It’s been a wild few days for Gamigo and ArcheAge, which at the tail end of last week admitted that it was planning to charge for ArcheAge Unchained’s future content, including Garden of the Gods, which it began styling as DLC after initially announcing it as an expansion with no mention of a fee. This is a sharp turn from Unchained launch promises that the game’s expansions would stay free and the game would be funded through the ArchePass.forum post we covered this weekend, in which the studio explains the ArchePass business model didn’t “recover” from its early foibles, causing the company’s dramatic shift. But the answers also confirm the model for the free-to-play game as well as explain the motivation behind the mid-marketing shift to the term DLC. We’ve decided to print the responses in full.
MassivelyOP: Must Unchained players buy DLC to access the expansion?
Gamigo: Yes. We posted a statement about this on the forums, which you probably already have seen at this point I’m sure. Still, you can take a look at it here. In the free version of ArcheAge, the story of Garden of the Gods can, of course, be experienced free of charge. Depending on your playstyle, both versions of the game offer a different kind of experience and it’s up to the players to decide how they want to play the game.
Why the late switch from calling it an expansion to calling it DLC?
Garden of the Gods is more than just an update, it continues ArcheAge’s main storyline. Also, the wording was chosen to differentiate between the contents of the two versions of the game, which will receive the new area adapted to their different business models. [Editor’s note: With “late switch,” we were getting at the fact that the original announcement of the expansion – for both games – does not mention the word DLC or anything about payment at all.]
Will F2P ArcheAge players be able to play for free?
Yes, story-wise the content is identical, only certain items and other content will be available through in-game store purchases.
How does Gamigo justify charging for DLC?
As stated in our post, we have had to adapt our current business model to focus less on the ArchePass system and much more on the expansion of the game through new content.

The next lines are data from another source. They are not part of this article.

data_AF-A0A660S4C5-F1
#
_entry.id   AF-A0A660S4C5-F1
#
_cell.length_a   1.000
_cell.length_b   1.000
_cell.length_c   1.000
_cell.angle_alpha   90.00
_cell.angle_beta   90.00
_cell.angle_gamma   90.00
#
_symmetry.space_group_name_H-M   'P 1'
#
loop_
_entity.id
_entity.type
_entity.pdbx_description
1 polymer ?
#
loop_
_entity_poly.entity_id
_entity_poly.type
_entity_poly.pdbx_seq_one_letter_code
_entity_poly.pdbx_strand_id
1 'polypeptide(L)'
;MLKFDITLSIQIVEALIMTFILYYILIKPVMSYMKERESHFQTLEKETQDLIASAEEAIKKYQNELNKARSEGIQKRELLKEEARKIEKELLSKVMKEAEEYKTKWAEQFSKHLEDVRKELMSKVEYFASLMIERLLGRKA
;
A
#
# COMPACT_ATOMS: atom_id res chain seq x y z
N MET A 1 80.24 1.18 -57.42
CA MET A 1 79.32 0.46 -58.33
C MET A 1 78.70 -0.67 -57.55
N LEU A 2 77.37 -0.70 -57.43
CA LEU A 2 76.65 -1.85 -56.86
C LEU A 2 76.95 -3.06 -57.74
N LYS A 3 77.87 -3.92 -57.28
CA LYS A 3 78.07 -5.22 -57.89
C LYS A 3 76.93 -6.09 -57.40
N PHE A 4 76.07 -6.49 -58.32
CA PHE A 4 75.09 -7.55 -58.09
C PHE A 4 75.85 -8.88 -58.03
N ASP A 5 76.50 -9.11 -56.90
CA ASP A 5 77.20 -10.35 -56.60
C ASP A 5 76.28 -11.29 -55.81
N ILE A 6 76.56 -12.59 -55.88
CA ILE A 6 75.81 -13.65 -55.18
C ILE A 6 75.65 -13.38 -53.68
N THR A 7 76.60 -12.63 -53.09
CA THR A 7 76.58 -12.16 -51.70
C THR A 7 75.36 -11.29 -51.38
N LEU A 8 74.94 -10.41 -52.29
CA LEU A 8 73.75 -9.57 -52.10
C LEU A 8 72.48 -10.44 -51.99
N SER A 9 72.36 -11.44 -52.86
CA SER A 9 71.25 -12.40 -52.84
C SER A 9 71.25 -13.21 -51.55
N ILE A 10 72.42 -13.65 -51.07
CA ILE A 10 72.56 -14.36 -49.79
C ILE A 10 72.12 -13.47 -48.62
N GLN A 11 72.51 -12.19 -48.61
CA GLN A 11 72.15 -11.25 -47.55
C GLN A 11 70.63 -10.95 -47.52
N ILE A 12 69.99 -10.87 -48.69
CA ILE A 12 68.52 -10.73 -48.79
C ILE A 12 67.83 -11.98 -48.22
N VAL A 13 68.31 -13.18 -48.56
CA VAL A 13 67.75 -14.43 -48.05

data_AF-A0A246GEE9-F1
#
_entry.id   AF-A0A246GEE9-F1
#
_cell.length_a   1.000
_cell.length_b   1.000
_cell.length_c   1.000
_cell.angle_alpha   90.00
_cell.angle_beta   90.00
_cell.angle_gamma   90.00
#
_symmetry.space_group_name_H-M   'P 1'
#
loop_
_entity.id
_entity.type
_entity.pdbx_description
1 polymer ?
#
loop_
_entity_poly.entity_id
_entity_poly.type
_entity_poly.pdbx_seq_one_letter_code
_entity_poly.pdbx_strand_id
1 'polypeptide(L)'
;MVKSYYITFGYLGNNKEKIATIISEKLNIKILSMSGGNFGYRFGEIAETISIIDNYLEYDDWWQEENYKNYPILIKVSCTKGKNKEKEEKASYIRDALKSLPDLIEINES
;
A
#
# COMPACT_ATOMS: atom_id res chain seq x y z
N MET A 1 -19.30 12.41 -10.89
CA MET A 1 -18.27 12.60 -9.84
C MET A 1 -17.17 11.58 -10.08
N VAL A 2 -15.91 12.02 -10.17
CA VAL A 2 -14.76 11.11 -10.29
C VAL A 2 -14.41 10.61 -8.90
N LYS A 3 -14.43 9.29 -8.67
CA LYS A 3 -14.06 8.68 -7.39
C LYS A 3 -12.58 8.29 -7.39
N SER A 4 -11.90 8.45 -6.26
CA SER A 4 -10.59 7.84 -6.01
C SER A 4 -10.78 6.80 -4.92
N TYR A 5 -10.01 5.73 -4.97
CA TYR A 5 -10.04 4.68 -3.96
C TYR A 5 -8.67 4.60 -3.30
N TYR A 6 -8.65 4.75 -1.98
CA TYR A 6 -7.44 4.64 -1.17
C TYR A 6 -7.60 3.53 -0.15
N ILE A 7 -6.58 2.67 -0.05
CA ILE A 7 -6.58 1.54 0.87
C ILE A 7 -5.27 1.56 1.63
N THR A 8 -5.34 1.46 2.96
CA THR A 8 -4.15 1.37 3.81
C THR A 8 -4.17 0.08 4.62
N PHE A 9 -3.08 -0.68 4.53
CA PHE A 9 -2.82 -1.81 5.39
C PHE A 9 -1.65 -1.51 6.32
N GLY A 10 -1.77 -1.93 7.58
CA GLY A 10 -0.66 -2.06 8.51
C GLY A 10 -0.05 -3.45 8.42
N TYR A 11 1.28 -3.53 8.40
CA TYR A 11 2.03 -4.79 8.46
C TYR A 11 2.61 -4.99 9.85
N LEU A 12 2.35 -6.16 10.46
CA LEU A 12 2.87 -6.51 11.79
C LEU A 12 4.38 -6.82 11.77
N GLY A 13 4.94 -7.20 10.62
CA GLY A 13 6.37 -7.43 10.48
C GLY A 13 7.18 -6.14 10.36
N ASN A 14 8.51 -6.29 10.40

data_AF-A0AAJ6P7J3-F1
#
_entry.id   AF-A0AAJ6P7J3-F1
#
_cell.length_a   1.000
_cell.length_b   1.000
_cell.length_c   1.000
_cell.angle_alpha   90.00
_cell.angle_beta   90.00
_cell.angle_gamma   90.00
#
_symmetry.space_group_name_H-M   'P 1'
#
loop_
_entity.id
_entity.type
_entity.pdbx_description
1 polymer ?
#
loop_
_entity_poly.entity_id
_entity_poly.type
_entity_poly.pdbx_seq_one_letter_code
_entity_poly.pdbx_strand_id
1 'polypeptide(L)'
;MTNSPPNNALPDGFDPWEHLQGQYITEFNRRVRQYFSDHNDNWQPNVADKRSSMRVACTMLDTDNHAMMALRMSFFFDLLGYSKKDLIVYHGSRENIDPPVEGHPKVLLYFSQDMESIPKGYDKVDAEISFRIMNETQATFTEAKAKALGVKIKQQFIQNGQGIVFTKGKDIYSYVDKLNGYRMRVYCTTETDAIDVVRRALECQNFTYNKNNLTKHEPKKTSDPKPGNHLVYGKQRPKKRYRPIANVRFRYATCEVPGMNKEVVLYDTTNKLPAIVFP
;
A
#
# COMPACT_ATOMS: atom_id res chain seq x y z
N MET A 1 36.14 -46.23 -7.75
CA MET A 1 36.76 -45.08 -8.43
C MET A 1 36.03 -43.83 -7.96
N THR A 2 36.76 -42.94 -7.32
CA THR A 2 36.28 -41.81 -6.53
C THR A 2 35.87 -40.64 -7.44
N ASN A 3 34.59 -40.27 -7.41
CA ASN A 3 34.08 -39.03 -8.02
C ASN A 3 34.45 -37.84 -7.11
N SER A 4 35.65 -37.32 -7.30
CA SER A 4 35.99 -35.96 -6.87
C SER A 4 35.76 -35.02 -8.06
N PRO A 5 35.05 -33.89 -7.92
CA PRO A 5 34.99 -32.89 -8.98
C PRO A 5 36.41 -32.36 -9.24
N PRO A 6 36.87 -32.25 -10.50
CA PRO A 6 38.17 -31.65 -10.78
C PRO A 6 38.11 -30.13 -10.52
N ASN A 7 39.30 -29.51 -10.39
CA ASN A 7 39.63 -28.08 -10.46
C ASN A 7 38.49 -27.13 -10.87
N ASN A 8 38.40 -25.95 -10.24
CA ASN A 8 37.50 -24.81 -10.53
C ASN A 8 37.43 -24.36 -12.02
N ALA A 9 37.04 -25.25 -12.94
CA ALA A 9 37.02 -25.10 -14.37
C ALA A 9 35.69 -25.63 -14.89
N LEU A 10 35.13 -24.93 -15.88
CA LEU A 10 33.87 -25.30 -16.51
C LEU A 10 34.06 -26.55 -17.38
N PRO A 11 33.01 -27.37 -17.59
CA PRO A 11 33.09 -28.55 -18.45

Will future expansions be distributed the same way?
ArcheAge and its Unchained Version will receive new content through regular updates as well as larger expansions. [Editor’s note: We were asking here whether future content would be paid DLC, not whether updates would continue.]
We’d like to note here that we explicitly asked Gamigo’s Merv Lee Kwai about the potential for this sort of monetization switcharoo in September of last year before the launch. We wanted to make sure that the game’s monetization had been fully thought out and that Gamigo had a backup plan in case it didn’t.
[MOP] Does Gamigo foresee ever needing to change the game’s business model? I don’t just mean for the folks saying they won’t try it if it’s not free-to-play, since that would sort of make no sense with this format, but rather for the future – are you confident that initial sales and cosmetics can sustain the game long-term? What’s the plan if it can’t?[Khrolan] Tough question asked very politely. I know players are worried about the future of the Unchained business model because they’ve seen many games launch with a fair marketplace design in mind, only to compromise their morals after not hitting revenue targets. The difference here is ArcheAge has been a successful game for 5+ years globally. The Legacy version will continue to run alongside Unchained, and I’m confident that’s enough to sustain us. We’re more concerned about exposing this great version of the game to everyone we turned off by our previous approach.
Unfortunately, as MOP’s Chris chronicled yesterday, the ArchePass was a disaster, and so here we are. But the real problem doesn’t seem to be that players are being asked to pay $15 but the way in which Gamigo chose to communicate something so important only as an afterthought. As even Khrolan noted in that old interview, mending the trust of the community will always be the greatest challenge.